For UpCountry's first couple of blogs we talked about how the craft beer industry is changing rapidly. You can read about it here and here. The days of opening a brewery and a decade later automatically being a large regional brewery making 250,000 bbls plus per year and selling in 30 states are long gone.
With over 6,000 breweries in the US and more opening every day, even an industry stalwart like Greg Koch from Stone Brewing (currently in a lawsuit against MillerCoors) half jokingly hinted that he would not do it again. In response to a tongue-in-cheek text saying Greg should consider getting into the brewing game, he counters with:
I dunno. Sounds a bit “me too” for me. Sounds interesting but I generally prefer more unique paths. Kudos to the brave souls that are getting into it these days though. ? https://t.co/WOVhdtZpKn— Greg Koch (@StoneGreg) January 26, 2018
Of course Greg was being whimsical and funny and, well, Greg. But there is a nugget of truth in his answer. I have been doing this "brewery thing" for over 20 years now and I know how hard opening a new brewery can be. With UpCountry Brewing I'm now learning first hand how the challenges of opening today in a crowded marketplace are drastically different from those of opening a brewery in the late late 1990's and early 2000's.
So how do you succeed in in opening a brewery in today's market? For now let's forget the usual business school answers of creating a business plan, knowing your marketplace, and having twice the capital you think you will need. That's all true but success starts at a much deeper level than that. I adamantly believe there are three keys to being successful in the beer business today. Actually any business today. Those keys are 1) passion, 2) know your why, and 3) be relevant to the market.
Passion. Simply put you have to love, love, love the beer industry. Did I say love? I did. You can be be the brewer, the brain behind operations, the packaging genius, the sales guru or even the accounting nerd. It really doesn't matter. What matters is that you have a passion for beer. And a passion for the business of beer. You will need that passion to sustain you and get you through. Through the 18 hour days, through losing money, through paying your employees while not taking a cent for yourself. Through the dumped batches, through the broken equipment, through the downed chiller. Through the never ending calls from telemarketers, through hearing from vendors needing payment, through dealing with the governmental bureaucracies of the TTB, IRS, OSHA, Dept of Revenue, Dept of Agriculture, ABC, and the city permitting office.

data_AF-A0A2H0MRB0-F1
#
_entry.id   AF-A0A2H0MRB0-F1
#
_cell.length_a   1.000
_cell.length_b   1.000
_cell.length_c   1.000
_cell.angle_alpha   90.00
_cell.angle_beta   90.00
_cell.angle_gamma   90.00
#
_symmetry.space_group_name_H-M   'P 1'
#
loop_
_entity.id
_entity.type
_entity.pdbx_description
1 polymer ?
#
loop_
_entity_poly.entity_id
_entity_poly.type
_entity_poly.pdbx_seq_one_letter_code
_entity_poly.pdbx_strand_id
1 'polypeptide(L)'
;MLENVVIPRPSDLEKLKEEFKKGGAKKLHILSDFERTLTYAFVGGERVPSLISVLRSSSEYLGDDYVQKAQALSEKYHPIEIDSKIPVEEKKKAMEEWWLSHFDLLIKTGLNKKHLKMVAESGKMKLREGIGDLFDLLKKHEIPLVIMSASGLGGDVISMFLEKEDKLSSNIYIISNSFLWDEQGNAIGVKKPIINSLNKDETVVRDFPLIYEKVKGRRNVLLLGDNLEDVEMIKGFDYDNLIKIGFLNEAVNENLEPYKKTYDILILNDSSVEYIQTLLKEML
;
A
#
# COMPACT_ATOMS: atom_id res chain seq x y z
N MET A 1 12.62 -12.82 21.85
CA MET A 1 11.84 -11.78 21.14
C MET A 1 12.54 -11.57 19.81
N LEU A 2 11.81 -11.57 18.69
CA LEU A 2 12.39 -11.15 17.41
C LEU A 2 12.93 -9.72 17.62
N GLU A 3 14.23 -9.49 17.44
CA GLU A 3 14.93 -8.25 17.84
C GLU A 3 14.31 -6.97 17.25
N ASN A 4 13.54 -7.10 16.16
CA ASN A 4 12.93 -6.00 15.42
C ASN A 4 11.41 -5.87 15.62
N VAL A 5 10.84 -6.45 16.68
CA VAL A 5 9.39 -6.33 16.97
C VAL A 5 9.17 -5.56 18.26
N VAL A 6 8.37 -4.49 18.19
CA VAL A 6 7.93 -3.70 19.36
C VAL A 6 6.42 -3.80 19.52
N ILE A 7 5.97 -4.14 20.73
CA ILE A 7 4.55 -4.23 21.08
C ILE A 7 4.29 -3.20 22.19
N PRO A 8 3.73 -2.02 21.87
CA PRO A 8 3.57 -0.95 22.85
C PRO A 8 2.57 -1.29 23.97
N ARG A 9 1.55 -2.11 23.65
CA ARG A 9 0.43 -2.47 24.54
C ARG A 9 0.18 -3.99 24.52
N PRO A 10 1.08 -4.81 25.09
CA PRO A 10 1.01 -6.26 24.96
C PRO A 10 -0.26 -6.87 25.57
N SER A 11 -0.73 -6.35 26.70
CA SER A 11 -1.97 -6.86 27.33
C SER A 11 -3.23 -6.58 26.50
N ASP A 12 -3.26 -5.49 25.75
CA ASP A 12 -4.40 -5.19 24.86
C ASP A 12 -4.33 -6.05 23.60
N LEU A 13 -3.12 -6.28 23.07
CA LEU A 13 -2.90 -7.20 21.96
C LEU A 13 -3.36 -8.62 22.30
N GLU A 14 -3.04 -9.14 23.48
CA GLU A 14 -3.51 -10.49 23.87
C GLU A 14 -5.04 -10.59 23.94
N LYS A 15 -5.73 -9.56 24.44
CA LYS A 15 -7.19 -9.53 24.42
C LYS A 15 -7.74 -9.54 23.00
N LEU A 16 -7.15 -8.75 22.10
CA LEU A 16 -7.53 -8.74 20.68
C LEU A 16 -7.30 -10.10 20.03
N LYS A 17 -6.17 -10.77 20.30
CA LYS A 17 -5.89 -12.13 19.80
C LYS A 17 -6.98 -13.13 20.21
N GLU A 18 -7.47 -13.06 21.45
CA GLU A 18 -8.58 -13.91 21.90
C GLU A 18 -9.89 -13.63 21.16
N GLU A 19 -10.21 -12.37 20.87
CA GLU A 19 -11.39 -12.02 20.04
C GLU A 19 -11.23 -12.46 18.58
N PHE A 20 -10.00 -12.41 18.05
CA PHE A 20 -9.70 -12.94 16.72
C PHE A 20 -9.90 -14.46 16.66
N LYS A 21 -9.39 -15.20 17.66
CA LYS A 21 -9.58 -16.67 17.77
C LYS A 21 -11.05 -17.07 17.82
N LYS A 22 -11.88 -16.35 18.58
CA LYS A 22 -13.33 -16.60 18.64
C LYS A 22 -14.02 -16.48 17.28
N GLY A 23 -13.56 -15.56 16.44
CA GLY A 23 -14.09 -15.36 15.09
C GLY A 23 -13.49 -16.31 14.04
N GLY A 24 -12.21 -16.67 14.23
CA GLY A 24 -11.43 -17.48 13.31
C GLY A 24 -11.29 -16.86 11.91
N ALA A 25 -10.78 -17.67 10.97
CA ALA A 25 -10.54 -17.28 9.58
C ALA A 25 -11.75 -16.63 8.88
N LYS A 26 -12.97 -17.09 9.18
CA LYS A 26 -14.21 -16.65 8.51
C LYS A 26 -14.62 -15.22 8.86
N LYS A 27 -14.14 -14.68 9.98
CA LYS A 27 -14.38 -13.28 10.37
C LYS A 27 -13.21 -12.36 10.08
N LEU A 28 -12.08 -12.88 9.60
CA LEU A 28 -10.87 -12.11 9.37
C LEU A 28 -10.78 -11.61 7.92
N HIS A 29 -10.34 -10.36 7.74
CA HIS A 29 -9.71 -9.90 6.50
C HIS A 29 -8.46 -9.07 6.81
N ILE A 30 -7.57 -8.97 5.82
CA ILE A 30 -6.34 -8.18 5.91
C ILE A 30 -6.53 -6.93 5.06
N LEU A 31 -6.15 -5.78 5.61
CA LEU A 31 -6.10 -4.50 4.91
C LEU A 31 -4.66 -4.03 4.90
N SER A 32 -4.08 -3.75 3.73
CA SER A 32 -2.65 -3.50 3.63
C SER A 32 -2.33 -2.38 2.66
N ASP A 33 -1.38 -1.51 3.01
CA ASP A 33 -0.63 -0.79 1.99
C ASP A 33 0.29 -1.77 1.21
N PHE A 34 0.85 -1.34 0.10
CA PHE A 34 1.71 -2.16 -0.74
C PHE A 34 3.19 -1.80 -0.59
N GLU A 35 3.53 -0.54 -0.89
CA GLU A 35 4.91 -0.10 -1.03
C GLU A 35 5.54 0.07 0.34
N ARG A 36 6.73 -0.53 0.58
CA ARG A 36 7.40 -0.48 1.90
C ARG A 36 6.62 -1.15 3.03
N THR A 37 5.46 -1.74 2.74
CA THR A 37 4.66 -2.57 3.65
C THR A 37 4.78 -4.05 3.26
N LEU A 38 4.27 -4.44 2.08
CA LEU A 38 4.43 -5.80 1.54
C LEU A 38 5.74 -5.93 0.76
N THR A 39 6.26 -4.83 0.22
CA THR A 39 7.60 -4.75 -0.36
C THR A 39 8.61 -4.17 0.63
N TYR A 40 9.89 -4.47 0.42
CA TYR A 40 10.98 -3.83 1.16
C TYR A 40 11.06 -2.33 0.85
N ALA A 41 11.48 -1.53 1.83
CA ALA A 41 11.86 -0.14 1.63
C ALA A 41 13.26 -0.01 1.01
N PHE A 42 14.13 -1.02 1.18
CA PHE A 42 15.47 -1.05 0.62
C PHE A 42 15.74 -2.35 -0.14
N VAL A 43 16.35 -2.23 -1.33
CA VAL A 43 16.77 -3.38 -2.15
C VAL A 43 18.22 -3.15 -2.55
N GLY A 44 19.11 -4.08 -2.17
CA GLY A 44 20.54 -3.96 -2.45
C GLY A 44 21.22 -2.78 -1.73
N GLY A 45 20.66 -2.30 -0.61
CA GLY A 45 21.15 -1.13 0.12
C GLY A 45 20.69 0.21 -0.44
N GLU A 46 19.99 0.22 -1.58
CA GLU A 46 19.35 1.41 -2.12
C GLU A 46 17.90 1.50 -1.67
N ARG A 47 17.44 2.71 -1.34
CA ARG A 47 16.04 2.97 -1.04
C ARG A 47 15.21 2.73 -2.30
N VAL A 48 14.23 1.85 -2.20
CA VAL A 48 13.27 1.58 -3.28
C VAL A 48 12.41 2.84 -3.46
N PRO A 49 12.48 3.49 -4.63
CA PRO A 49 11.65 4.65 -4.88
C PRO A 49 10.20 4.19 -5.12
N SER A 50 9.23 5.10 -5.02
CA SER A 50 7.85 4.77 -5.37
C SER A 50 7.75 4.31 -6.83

You will deal with all of that every day. But you will not care. Why? Because you love what you are doing and would not dream of doing anything else. Because there is no better feeling than when someone comes to your taproom and tells you that your Cherry Pineapple Pizza Porter is the best beer they have ever tasted. There is nothing more validating than being at a bar across town or across the state and meeting people who tell you about the great time they had at your place last year. It's an amazing feeling to get calls from people who want to celebrate birthdays, anniversaries and even get married at the brewery that came from nothing more than your vision and persistence.
It's that passion that will allow you to overcome all of the hardships headed your way when you start your dream brewery. Because at the end of the day it's not about the return on investment or the EBITDA. (Don't shoot me Frank, I know those are important. But they are not THE thing.) Deep down you know it's really all about the beer. Oh The Places You Will Go!
Know Your Why
Check out this Simon Sinek video. Seriously, please watch it. The entire segment is extremely powerful but for our purposes watch up to the 5:50 mark. I believe in this concept so much that I regularly show this video at full company meetings.
The Golden Circle. People don't buy what you do, they buy why you do it.
To succeed today in craft beer you must know your why. It's not easy to define. It will take some time and you must dig deep and really understand yourself and the business you are trying to build. More importantly, it must motivate your team and be something that everyone can believe in.
Next time we will dig into the "WHY" behind UpCountry Brewing.
Do you have the passion? Do you know your why? I'd love to hear from you.
Cheers, John C.